Fed officials discuss rate hikes that could slow growth
Federal Reserve officials last month said they expect to keep raising interest rates and suggested that by next year, they could be high enough that they could start slowing growth, according to minutes of their discussion released Thursday.
While highlighting a strong economy, Fed officials appeared vigilant about emerging risks, especially trade tensions, and the dangers of an economy that might overheat. The officials noted heightened concerns from businesses about President Donald Trump's get-tough trade policies and that some executives had already scaled back future spending plans because of the uncertainty.
They also said they were monitoring changes in market-set interest rates. A narrowing in the gap between short-term and long-term rates has been an accurate predictor of downturns in the past.
Economists said the minutes of the June discussions did not alter their overall view of what the Fed would do this year.
"We continue to expect that fiscal stimulus will push the unemployment rate lower over time and lead the Fed to hike rates two more times this year, in September and December," said Barclays economist Michael Gapin.
The minutes covered the discussions at the Fed's June 12-13 meeting in which the central bank boosted its key rate for a second time this year to a new range of 1.75 percent to 2 percent. Fed officials also increased their projection for the number of rate hikes they plan to make this year from three to four. The Fed dropped language it had been using for a number of years promising to keep rates at levels that would boost economic growth "for some time."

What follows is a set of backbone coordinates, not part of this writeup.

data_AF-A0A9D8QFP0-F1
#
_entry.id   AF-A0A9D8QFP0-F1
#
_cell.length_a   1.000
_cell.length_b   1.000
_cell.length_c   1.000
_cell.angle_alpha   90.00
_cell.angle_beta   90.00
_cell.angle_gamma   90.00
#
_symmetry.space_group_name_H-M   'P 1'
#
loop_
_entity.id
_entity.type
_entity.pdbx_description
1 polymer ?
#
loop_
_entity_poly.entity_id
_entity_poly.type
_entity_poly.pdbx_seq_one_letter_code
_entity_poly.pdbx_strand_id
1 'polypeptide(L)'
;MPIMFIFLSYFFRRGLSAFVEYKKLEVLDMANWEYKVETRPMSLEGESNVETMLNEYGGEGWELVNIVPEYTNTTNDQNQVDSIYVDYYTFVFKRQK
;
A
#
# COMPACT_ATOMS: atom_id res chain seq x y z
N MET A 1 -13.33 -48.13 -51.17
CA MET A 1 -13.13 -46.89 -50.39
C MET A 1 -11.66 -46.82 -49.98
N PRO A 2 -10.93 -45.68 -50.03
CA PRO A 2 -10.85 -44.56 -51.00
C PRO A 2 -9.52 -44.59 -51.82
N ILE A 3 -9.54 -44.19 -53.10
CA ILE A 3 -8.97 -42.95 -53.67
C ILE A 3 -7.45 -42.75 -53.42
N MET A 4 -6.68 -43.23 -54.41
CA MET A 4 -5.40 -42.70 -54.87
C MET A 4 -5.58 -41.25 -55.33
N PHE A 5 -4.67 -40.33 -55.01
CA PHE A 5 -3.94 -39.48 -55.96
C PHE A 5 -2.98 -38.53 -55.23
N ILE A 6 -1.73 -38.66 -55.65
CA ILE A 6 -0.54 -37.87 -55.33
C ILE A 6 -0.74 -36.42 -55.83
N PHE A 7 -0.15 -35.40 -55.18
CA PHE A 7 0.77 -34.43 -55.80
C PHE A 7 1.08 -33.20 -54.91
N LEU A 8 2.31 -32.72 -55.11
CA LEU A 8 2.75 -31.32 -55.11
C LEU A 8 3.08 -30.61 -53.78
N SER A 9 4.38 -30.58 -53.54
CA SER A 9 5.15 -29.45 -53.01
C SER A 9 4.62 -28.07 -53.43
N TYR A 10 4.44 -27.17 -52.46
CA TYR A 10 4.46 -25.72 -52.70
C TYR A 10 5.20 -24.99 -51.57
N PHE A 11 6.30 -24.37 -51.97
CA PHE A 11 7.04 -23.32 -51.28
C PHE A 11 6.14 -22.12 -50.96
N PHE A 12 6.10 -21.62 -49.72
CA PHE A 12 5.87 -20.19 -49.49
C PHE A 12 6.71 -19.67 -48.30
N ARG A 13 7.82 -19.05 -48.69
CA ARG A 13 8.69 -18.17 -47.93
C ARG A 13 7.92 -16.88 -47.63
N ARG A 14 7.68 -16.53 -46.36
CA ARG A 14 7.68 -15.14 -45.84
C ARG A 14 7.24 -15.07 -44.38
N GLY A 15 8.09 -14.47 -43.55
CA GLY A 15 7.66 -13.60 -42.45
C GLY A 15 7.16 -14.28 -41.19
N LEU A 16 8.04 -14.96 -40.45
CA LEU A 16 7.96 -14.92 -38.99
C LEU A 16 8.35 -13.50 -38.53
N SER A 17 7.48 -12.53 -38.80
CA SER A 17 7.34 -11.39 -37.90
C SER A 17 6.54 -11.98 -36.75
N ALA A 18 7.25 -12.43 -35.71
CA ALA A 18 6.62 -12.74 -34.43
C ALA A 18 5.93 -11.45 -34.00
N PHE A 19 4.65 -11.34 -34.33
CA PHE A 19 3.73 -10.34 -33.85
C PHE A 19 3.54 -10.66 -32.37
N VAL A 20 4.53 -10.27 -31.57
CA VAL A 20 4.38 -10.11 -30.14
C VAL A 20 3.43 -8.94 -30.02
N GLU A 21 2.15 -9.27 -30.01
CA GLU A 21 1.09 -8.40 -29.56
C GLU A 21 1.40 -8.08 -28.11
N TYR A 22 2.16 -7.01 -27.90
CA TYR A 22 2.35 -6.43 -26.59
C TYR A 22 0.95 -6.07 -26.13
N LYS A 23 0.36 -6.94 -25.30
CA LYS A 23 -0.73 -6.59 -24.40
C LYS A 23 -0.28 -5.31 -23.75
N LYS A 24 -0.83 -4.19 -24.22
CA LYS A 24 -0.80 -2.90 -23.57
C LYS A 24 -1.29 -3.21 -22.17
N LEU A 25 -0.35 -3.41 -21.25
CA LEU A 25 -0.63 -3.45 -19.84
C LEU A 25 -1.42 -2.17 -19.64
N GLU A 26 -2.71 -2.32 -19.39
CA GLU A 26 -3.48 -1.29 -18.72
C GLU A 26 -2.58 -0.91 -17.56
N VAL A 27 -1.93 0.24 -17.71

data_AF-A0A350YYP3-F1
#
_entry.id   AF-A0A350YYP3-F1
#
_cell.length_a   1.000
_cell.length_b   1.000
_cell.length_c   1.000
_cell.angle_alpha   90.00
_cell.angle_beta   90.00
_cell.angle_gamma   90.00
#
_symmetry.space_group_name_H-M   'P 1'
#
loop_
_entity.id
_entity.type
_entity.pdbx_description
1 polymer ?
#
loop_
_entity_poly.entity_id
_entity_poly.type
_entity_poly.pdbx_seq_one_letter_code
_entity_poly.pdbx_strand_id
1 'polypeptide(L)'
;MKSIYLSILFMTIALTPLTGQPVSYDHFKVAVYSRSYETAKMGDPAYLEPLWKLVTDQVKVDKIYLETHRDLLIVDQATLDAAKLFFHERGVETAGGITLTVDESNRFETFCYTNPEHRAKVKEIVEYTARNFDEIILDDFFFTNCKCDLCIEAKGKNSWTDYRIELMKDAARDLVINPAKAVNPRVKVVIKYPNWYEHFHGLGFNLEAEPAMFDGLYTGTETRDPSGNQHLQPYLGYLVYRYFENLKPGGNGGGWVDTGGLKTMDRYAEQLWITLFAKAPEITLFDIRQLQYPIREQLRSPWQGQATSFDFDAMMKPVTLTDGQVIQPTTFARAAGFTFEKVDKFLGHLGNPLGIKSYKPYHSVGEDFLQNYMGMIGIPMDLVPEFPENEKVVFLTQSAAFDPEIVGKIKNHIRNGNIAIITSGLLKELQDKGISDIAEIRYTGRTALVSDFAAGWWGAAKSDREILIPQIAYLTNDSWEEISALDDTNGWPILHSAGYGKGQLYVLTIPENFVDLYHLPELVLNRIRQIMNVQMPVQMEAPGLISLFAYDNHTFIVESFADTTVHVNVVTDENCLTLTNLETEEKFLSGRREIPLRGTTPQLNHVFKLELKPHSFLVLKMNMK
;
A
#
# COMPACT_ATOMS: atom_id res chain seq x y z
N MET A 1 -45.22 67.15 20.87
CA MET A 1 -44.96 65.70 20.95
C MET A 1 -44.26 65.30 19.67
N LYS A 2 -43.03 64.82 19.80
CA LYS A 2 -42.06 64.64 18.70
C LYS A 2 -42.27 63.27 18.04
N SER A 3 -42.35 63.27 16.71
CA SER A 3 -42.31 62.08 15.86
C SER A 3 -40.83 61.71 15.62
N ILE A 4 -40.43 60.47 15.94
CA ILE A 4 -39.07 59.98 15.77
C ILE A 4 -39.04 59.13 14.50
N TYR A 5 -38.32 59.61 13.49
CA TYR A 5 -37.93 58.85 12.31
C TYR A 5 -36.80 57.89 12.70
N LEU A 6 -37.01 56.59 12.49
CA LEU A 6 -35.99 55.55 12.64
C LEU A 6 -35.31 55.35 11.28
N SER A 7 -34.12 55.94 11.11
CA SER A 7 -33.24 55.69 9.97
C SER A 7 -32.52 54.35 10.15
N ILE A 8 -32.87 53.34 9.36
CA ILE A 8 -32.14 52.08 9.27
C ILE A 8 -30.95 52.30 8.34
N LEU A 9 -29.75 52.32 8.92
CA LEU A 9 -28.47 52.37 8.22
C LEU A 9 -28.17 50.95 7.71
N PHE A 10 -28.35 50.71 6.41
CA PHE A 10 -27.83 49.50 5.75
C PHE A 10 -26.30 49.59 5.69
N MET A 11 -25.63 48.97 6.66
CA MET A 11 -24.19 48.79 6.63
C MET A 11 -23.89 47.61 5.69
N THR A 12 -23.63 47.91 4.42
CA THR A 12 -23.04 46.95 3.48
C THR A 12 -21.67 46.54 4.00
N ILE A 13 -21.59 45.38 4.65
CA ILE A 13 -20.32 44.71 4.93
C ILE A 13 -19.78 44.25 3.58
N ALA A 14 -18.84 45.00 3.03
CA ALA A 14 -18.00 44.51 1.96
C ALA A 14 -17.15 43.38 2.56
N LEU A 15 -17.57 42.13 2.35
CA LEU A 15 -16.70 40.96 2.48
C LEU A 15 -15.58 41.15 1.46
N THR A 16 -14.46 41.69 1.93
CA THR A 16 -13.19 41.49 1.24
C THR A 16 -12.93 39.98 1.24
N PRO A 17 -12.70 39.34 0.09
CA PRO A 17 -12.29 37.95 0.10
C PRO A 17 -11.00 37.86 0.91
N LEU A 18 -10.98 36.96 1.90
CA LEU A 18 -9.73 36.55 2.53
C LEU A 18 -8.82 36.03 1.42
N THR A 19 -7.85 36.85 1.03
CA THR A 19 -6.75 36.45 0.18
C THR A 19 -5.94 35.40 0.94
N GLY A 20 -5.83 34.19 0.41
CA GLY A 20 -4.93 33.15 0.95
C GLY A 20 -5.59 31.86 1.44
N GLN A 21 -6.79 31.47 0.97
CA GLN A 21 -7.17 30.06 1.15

The change was made because officials believed it "was no longer appropriate in light of the strong state of the economy and the current expected path for policy," the minutes said.
Officials discussed the fact that under their expected path, its key policy rate, known as the federal funds rate, could be at or even above the neutral level — the point at which the rate is neither stimulating economic growth or holding it back.
In the Fed's latest projection, the neutral rate stood at 2.9 percent. But it forecast a higher benchmark rate of 3.1 percent by the end of next year. The projections have the funds rate rising to 3.4 percent by the end of 2020.
As such, a number of officials believed it might soon be appropriate to drop the language in the policy statement indicating that the stance of monetary policy "remains accommodative." That is the phrase the Fed uses to say that rates are still low enough to stimulate growth.
Despite current growth prospects and inflation finally reaching the Fed's goal of 2 percent annual gains in prices, the minutes noted a number of "risks and uncertainties" facing the economy. Officials said that the risks associated with trade policy had "intensified," with the uncertainty potentially hurting business sentiment and investment spending."
The Trump administration has imposed tariffs on steel and aluminum imports. He has also threatened to impose tariffs on billions of dollars in other Chinese products, including tariffs on $34 billion in Chinese goods which are scheduled to take effect on Friday. Beijing has promised to retaliate with tariffs on U.S. goods, including farm products such as soybeans.
Trump has staked out a tougher approach on trade in an effort to achieve his goal of dramatically shrinking America's huge trade deficits, which he has blamed for the loss of millions of U.S. factory jobs.